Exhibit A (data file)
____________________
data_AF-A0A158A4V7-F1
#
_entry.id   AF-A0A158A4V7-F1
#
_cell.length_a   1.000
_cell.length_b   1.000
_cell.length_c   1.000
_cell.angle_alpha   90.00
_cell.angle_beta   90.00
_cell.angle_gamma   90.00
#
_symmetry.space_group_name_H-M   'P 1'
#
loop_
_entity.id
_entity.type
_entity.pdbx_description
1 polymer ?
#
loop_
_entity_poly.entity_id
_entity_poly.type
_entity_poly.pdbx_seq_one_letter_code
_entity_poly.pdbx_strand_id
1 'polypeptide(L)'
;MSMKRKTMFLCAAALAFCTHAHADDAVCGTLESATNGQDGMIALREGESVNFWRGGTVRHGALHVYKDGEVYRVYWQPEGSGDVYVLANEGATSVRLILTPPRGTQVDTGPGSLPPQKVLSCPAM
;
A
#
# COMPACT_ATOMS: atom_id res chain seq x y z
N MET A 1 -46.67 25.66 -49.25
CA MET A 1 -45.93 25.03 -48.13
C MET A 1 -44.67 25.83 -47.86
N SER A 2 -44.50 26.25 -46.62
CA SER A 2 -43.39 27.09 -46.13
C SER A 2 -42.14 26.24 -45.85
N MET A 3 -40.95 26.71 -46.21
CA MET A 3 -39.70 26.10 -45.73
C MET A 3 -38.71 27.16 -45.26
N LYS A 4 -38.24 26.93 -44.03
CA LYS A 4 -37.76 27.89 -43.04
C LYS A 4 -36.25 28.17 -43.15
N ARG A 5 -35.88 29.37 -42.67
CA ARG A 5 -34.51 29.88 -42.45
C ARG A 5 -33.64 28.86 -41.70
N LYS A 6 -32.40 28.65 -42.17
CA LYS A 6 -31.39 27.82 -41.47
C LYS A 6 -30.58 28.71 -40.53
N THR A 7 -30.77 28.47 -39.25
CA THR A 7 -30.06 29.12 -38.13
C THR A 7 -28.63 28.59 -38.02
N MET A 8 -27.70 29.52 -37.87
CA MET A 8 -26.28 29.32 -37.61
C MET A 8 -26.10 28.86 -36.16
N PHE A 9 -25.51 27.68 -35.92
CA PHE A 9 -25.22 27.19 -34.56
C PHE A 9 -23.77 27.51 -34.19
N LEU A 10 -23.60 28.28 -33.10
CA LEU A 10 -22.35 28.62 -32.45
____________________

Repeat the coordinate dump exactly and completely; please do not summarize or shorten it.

data_AF-A0A158A4V7-F1
#
_entry.id   AF-A0A158A4V7-F1
#
_cell.length_a   1.000
_cell.length_b   1.000
_cell.length_c   1.000
_cell.angle_alpha   90.00
_cell.angle_beta   90.00
_cell.angle_gamma   90.00
#
_symmetry.space_group_name_H-M   'P 1'
#
loop_
_entity.id
_entity.type
_entity.pdbx_description
1 polymer ?
#
loop_
_entity_poly.entity_id
_entity_poly.type
_entity_poly.pdbx_seq_one_letter_code
_entity_poly.pdbx_strand_id
1 'polypeptide(L)'
;MSMKRKTMFLCAAALAFCTHAHADDAVCGTLESATNGQDGMIALREGESVNFWRGGTVRHGALHVYKDGEVYRVYWQPEGSGDVYVLANEGATSVRLILTPPRGTQVDTGPGSLPPQKVLSCPAM
;
A
#
# COMPACT_ATOMS: atom_id res chain seq x y z
N MET A 1 -46.67 25.66 -49.25
CA MET A 1 -45.93 25.03 -48.13
C MET A 1 -44.67 25.83 -47.86
N SER A 2 -44.50 26.25 -46.62
CA SER A 2 -43.39 27.09 -46.13
C SER A 2 -42.14 26.24 -45.85
N MET A 3 -40.95 26.71 -46.21
CA MET A 3 -39.70 26.10 -45.73
C MET A 3 -38.71 27.16 -45.26
N LYS A 4 -38.24 26.93 -44.03
CA LYS A 4 -37.76 27.89 -43.04
C LYS A 4 -36.25 28.17 -43.15
N ARG A 5 -35.88 29.37 -42.67
CA ARG A 5 -34.51 29.88 -42.45
C ARG A 5 -33.64 28.86 -41.70
N LYS A 6 -32.40 28.65 -42.17
CA LYS A 6 -31.39 27.82 -41.47
C LYS A 6 -30.58 28.71 -40.53
N THR A 7 -30.77 28.47 -39.25
CA THR A 7 -30.06 29.12 -38.13
C THR A 7 -28.63 28.59 -38.02
N MET A 8 -27.70 29.52 -37.87
CA MET A 8 -26.28 29.32 -37.61
C MET A 8 -26.10 28.86 -36.16
N PHE A 9 -25.51 27.68 -35.92
CA PHE A 9 -25.22 27.19 -34.56
C PHE A 9 -23.77 27.51 -34.19
N LEU A 10 -23.60 28.28 -33.10
CA LEU A 10 -22.35 28.62 -32.45